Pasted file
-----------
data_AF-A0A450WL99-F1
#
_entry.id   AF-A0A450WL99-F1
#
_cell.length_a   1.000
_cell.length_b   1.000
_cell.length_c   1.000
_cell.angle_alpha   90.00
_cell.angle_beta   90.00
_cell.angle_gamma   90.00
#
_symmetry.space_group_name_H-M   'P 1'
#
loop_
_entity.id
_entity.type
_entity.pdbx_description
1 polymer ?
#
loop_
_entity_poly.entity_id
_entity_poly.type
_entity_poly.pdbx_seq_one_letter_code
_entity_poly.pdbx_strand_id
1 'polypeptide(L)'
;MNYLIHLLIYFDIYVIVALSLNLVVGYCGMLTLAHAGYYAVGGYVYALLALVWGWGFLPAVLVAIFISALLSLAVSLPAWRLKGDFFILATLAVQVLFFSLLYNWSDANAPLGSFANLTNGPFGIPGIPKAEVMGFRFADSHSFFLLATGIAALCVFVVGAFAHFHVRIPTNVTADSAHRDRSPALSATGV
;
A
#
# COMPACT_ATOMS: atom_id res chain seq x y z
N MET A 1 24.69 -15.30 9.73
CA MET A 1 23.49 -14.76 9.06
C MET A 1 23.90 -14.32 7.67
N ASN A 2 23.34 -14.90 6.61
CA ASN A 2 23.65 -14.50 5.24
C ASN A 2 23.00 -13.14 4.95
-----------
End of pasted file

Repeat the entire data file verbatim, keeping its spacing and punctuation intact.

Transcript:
data_AF-A0A450WL99-F1
#
_entry.id   AF-A0A450WL99-F1
#
_cell.length_a   1.000
_cell.length_b   1.000
_cell.length_c   1.000
_cell.angle_alpha   90.00
_cell.angle_beta   90.00
_cell.angle_gamma   90.00
#
_symmetry.space_group_name_H-M   'P 1'
#
loop_
_entity.id
_entity.type
_entity.pdbx_description
1 polymer ?
#
loop_
_entity_poly.entity_id
_entity_poly.type
_entity_poly.pdbx_seq_one_letter_code
_entity_poly.pdbx_strand_id
1 'polypeptide(L)'
;MNYLIHLLIYFDIYVIVALSLNLVVGYCGMLTLAHAGYYAVGGYVYALLALVWGWGFLPAVLVAIFISALLSLAVSLPAWRLKGDFFILATLAVQVLFFSLLYNWSDANAPLGSFANLTNGPFGIPGIPKAEVMGFRFADSHSFFLLATGIAALCVFVVGAFAHFHVRIPTNVTADSAHRDRSPALSATGV
;
A
#
# COMPACT_ATOMS: atom_id res chain seq x y z
N MET A 1 24.69 -15.30 9.73
CA MET A 1 23.49 -14.76 9.06
C MET A 1 23.90 -14.32 7.67
N ASN A 2 23.34 -14.90 6.61
CA ASN A 2 23.65 -14.50 5.24
C ASN A 2 23.00 -13.14 4.95